While the imminent deadline of the T2-T2S Consolidation project together with the SWIFT CBPR+ Project, have absorbed time and resources at the bank’s side, the impact they will have on Intraday liquidity management is also likely to be heavily felt. When BCBS248 was introduced back in 2013, it brought with it a new set of best practices for the monitoring and measuring of intraday liquidity, throwing the topic into sharp focus. Key improvements introduced included a better distribution of payment outflows as well as the re-design of all processes around data acquisition, reconciliation and bilateral agreements with respective correspondent banks. In other words, it was only relatively recently that banks have started assessing their intraday liquidity exposure and adjusted their internal workflows to maintain and optimise their Intraday liquidity buffers.
The first major step that introduced disruption to the bank’s data management was switching from EOD batch processes towards an intraday approach. Whilst real-time and intraday management were long known within RTGS systems, it changed Correspondent Banking relationships considerably, where the banks were used to receiving EOD statements on a daily/weekly basis.
A second major turning point was assessing what systems and what obligations were to be considered for the metrics calculations, generally linked to any ancillary system activity as well as fiscal related payments and CLS. While BCBS248 addresses the basic guidelines to be taken into consideration when calculating metrics, at a general level, much of the implementation is left to the individual bank’s interpretation. The ECB’s current developments and the systems centralisation processes (T2, T2S and TIPS), have opened new user interpretations with regards to what payments flows to include in the metrics calculation. Some banks have opted to include all ECB systems as a whole in their intraday buffer calculations. Other banks report only the RTGS activities and consider all other systems as ‘’ancillaries’’ that work independently for closing their position on the LVPS at the end of day (e.g. EURO1/T2S) without creating intraday liquidity exposures on the RTGS side.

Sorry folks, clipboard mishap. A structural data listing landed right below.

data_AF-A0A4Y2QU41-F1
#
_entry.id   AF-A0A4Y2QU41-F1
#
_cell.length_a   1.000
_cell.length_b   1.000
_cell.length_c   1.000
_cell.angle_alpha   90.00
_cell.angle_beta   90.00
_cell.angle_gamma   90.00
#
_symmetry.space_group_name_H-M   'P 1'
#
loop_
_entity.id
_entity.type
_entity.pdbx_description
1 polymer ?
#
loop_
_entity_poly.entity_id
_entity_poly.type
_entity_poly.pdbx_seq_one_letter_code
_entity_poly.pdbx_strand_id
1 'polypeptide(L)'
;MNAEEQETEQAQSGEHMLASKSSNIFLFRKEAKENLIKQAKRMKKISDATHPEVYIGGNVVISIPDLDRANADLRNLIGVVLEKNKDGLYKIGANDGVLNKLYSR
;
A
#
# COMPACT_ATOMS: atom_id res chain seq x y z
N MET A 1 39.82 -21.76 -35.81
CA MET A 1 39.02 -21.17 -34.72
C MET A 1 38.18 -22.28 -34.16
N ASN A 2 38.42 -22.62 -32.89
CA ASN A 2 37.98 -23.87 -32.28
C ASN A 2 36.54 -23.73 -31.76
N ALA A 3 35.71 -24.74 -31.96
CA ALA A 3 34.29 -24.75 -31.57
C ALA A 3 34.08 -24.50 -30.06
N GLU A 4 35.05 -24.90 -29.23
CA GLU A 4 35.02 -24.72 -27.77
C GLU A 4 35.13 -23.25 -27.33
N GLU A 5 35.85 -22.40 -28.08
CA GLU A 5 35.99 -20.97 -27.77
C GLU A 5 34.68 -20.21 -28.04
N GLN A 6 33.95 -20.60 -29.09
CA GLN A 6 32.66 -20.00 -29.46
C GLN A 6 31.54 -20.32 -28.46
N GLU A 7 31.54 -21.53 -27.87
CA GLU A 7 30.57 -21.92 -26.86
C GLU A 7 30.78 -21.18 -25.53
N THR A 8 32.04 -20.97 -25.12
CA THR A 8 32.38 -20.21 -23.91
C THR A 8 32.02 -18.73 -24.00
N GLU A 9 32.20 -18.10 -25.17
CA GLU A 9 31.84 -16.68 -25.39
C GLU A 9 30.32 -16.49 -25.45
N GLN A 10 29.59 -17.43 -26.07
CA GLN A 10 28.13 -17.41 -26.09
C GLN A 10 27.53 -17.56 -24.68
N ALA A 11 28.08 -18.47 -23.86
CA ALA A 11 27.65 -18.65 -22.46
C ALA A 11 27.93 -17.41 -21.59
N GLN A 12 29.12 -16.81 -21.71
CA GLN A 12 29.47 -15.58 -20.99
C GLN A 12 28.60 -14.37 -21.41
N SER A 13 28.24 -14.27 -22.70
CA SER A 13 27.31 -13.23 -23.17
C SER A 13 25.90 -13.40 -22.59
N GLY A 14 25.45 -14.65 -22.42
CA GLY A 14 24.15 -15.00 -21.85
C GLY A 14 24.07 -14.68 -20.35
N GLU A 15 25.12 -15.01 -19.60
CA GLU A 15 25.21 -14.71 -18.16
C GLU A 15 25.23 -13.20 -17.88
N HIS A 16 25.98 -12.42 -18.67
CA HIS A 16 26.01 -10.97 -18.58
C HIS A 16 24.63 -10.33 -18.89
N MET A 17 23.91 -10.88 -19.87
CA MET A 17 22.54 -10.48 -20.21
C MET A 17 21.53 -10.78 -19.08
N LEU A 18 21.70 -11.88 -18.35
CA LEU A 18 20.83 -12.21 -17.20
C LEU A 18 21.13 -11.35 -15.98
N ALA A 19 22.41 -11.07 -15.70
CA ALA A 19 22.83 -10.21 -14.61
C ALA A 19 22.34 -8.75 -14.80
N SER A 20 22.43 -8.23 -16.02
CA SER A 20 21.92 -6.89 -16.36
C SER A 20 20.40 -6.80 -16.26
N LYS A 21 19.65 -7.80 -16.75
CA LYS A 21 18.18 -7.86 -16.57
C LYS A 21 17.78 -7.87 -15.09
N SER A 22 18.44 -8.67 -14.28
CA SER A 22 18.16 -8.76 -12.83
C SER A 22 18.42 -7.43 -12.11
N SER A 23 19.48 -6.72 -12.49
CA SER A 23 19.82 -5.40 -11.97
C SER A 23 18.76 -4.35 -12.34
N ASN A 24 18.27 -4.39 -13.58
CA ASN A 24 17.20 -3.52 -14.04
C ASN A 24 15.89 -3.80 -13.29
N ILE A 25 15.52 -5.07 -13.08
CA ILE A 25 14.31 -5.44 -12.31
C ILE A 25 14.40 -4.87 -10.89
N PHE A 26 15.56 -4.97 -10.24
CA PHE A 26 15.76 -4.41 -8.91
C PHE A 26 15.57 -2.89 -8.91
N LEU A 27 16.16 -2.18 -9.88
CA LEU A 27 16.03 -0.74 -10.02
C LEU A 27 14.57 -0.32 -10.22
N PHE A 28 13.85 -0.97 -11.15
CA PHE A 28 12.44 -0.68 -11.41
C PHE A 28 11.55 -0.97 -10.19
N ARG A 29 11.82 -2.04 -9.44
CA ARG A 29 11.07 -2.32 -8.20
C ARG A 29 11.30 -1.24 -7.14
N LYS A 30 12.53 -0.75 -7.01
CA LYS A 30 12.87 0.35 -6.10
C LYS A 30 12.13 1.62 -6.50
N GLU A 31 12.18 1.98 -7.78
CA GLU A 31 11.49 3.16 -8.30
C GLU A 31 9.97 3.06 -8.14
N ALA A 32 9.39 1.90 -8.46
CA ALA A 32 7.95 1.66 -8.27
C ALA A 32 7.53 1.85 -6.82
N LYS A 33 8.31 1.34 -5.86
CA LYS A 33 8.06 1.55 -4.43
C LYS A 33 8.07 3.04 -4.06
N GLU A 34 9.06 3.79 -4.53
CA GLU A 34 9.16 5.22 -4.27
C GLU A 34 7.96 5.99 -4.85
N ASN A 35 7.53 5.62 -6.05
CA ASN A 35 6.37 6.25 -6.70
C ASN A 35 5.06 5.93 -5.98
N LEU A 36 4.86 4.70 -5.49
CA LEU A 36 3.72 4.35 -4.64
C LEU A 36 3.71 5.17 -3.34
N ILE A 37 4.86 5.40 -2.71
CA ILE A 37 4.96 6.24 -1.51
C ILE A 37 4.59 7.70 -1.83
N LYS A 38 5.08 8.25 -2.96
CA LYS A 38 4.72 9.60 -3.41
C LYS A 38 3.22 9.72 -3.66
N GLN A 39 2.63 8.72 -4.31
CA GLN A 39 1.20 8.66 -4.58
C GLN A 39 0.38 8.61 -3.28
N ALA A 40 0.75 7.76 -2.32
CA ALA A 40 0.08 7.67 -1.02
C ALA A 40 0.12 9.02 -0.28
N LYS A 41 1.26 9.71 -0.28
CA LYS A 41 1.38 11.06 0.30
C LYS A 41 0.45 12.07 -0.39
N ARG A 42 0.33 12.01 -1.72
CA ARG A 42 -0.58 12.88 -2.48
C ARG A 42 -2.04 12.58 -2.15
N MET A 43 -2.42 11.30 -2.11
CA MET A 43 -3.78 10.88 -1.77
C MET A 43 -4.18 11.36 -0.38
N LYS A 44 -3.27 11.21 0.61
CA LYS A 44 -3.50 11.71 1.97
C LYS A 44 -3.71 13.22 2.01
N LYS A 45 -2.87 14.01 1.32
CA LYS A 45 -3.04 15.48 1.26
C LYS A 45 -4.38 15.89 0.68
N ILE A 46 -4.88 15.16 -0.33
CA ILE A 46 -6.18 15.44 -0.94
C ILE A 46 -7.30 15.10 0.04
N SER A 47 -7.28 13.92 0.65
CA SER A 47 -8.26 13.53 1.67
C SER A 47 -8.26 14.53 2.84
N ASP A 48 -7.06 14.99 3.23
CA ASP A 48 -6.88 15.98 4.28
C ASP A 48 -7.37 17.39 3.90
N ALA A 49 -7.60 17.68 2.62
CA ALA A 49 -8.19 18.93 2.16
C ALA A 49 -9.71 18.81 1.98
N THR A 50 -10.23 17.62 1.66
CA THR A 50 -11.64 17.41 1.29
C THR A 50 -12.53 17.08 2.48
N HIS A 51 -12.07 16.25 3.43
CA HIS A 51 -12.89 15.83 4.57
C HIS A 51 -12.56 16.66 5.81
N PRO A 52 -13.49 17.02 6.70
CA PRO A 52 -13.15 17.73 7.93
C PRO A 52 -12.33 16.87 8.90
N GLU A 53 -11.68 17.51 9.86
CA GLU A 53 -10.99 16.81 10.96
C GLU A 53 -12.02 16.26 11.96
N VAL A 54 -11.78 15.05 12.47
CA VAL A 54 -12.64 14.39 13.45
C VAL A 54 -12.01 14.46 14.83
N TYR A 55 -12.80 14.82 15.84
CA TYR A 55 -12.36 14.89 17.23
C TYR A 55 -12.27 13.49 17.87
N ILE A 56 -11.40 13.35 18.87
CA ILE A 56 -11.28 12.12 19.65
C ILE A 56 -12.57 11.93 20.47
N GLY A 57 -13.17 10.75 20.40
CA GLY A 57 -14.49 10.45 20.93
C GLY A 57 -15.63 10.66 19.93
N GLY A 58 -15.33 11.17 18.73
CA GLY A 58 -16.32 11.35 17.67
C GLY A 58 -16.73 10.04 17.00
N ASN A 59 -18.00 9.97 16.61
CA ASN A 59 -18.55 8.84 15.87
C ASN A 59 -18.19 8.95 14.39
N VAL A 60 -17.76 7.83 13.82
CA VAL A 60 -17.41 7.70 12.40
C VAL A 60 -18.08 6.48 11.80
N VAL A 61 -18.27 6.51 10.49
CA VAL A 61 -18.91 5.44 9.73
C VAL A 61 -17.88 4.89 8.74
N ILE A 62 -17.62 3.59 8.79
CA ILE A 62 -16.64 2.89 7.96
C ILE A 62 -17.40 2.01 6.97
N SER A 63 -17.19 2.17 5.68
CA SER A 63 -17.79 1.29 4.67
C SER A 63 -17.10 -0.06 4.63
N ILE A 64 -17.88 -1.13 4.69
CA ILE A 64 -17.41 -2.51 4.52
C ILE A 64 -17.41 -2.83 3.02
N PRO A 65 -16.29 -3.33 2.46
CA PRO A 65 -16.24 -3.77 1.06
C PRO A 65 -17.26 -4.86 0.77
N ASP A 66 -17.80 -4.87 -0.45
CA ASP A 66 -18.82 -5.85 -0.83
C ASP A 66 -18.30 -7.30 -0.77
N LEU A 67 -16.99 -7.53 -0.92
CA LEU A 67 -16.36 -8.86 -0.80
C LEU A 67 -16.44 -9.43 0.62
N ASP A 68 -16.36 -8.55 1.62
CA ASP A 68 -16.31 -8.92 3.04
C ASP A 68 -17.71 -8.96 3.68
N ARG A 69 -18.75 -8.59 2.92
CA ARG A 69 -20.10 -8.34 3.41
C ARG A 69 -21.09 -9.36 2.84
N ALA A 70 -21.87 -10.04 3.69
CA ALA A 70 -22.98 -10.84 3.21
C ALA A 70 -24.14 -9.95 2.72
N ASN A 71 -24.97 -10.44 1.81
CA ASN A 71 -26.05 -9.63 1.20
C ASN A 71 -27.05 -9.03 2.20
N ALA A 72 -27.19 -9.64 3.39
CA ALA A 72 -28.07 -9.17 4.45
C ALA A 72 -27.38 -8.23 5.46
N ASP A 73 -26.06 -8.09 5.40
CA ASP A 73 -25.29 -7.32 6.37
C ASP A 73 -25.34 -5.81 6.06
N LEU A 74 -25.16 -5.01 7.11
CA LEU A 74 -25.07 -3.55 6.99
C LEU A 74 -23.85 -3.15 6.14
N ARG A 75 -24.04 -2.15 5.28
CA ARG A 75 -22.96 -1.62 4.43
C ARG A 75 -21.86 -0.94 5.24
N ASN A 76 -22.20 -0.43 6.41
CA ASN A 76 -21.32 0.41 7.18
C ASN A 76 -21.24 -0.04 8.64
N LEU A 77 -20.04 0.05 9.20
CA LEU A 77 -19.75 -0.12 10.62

The Basel Committee has been very clear in stating that metrics reporting should be performed on a LVPS system on a system and currency basis. Other LVPSs can be included in the same report provided that liquidity bridges exist with the main LVPS; where ancillary systems are concerned, there’s no need to report them individually as they settle on the LVPS during the selected operational windows.
One of the trends that has being observed during the assessments conducted in the pre T2-T2S Consolidation phase, is that banks are keen to move most of the retail payments towards clearing and/or IP services, reducing the liquidity impacts on the LVPS. As a result, a significant portion of liquidity will no longer be settled in the LVPS, but managed on separate systems/accounts.
With this upcoming new situation, we will be seeing the migration of a big chunk of liquidity toward non-LVPS related systems that are out of scope for the current BCBS248 scenarios.
Instant Payments, as we know, are independent from clearing and settlement mechanisms and don’t close their position on any existing LVPS. That means that they settle continuously and independently; in case of liquidity shortages or surpluses, it is possible to move funds in and out and measure them accordingly in the metrics calculations of the respective LVPS system (backed by collateralised capacity, typically held at the Central Bank).
The participation in the ECB Instant Payment System, TIPS, will become mandatory for all TARGET2 actors from November 2021, to encourage the usage of the platform and driving the change toward alternative and more cost-effective means of payment. Additionally, TIPS will become the main hub for all funding and defunding activities across all IP schemas, making liquidity available at any time through automated processes.
However, from a BCBS248 perspective, it will still be possible to measure funding and defunding transfers made from/to the RTGS system to/from the dedicated cash account in TIPS.
That said, IP statistics indicate a strong growth trend (one that varies across jurisdictions) mostly driven by individual banks expanding their product offerings as well as an acceleration in the digitalisation processes in the Covid era.